Medical & Biological Engineering & Computing

, Volume 50, Issue 10, pp 1047–1057 | Cite as

Non-invasive continuous glucose monitoring: improved accuracy of point and trend estimates of the Multisensor system

  • Mattia Zanon
  • Giovanni Sparacino
  • Andrea Facchinetti
  • Michela Riz
  • Mark S. Talary
  • Roland E. Suri
  • Andreas Caduff
  • Claudio Cobelli
Original Article


Non-invasive continuous glucose monitoring (NI-CGM) sensors are still at an early stage of development, but, in the near future, they could become particularly appealing in diabetes management. Solianis Monitoring AG (Zurich, Switzerland) has proposed an approach for NI-CGM based on a multi-sensor concept, embedding primarily dielectric spectroscopy and optical sensors. This concept requires a mathematical model able to estimate glucose levels from the 150 channels directly measured through the Multisensor. A static multivariate linear regression model (with order and parameters common to the entire population of subjects) was proposed for such a scope (Caduff et al., Biosens Bioelectron 26:3794–3800, 2011). The aim of this work is to evaluate the accuracy in the estimation of glucose levels and trends that the NI-CGM Multisensor platform can achieve by exploiting different techniques for model identification, namely, ordinary least squares, subset variable selection, partial least squares and least absolute shrinkage and selection operator (LASSO). Data collected in human beings monitored for a total of 45 study days were used for model identification and model test. Several metrics of standard use in the diabetes scientific community to measure point and clinical accuracy of glucose sensors were used to assess the models. Results indicate that the LASSO technique is superior to the others shrinking many channel weights to zero thus leading to smoother glucose profiles and resulting in a more robust model to possible artifacts in the Multisensor data. Although, as expected, the performance of the NI-CGM system with the LASSO model is not yet comparable with that of enzyme-based needle glucose sensors, glucose trends are satisfactorily estimated. Considering the non-invasive nature of the multi-sensor platform, this result can have an immediate impact in the current clinical practice, e.g., to integrate sparse self-monitoring of blood glucose data with an indication of the glucose trend to aid the diabetic patient in dealing with, or even preventing in the short time scale, the threats of critical events such as hypoglycaemia.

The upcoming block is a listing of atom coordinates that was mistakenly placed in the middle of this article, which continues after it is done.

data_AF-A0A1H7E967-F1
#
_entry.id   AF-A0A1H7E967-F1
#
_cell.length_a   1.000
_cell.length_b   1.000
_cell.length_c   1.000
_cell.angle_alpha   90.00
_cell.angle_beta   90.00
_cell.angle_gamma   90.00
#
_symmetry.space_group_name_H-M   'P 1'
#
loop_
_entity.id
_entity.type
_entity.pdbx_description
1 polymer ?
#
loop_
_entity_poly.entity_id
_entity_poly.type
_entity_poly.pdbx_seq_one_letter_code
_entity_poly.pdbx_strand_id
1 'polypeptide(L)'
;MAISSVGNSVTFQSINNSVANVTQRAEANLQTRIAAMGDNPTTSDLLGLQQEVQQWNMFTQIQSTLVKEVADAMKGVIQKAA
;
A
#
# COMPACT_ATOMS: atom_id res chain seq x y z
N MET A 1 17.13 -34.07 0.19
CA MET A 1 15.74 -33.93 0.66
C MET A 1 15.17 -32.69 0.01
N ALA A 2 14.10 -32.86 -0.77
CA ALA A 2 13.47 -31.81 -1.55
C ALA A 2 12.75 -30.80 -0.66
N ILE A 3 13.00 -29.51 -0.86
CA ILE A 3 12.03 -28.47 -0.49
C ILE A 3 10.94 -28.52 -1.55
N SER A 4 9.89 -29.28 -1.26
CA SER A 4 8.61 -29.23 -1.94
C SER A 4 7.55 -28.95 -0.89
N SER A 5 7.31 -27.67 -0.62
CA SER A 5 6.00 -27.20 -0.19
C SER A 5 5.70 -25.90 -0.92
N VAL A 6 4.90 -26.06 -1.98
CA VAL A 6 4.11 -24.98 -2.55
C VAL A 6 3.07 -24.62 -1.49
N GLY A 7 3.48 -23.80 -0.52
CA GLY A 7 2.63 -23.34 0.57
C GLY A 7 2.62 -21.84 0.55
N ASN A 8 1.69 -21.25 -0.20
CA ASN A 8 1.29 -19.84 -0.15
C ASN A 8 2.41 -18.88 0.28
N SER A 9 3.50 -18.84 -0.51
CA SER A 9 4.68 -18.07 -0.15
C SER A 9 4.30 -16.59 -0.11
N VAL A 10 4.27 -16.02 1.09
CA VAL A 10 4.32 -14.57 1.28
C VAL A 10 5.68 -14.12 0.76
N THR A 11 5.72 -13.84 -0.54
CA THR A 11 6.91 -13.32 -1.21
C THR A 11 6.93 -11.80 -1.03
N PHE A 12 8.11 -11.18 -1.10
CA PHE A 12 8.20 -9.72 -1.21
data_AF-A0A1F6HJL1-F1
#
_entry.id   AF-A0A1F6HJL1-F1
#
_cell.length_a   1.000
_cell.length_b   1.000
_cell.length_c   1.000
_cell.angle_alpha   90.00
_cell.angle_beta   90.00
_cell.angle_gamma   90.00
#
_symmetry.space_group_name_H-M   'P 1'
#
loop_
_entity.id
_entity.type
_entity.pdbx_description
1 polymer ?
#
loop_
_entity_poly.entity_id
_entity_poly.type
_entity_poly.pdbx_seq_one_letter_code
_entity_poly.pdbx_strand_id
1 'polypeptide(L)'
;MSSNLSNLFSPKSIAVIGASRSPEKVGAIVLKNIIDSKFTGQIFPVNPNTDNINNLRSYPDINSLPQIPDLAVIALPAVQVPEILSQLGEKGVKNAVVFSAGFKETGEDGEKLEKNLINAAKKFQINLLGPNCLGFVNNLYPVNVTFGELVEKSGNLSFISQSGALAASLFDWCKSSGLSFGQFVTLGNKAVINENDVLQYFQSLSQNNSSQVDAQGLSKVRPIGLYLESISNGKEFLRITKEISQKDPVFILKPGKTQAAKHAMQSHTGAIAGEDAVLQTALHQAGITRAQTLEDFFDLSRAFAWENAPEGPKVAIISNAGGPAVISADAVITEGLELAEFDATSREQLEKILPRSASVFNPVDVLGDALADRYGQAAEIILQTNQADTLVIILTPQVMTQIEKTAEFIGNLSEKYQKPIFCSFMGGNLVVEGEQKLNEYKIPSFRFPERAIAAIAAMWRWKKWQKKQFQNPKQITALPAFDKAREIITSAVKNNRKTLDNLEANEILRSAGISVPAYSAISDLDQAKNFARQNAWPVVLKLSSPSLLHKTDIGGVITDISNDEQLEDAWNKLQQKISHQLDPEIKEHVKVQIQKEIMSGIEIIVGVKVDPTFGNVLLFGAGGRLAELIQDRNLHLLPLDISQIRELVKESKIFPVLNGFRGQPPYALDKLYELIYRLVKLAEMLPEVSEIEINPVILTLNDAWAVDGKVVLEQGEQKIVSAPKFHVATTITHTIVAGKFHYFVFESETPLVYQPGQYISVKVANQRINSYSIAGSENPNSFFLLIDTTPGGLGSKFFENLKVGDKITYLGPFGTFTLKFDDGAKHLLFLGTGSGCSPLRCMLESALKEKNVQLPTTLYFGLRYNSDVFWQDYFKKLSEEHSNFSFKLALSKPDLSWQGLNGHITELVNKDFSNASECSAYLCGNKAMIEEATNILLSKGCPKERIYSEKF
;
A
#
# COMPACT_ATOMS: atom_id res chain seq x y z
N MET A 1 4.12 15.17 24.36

Diabetes Glucose sensor Self-monitoring blood glucose Multivariate models Linear regression 


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Copyright information

© International Federation for Medical and Biological Engineering 2012

Authors and Affiliations

  • Mattia Zanon
    • 1
  • Giovanni Sparacino
    • 1
  • Andrea Facchinetti
    • 1
  • Michela Riz
    • 1
  • Mark S. Talary
    • 2
  • Roland E. Suri
    • 3
  • Andreas Caduff
    • 2
  • Claudio Cobelli
    • 1
  1. 1.Department of Information EngineeringUniversity of PadovaPaduaItaly
  2. 2.Biovotion AGZurichSwitzerland
  3. 3.ZurichSwitzerland

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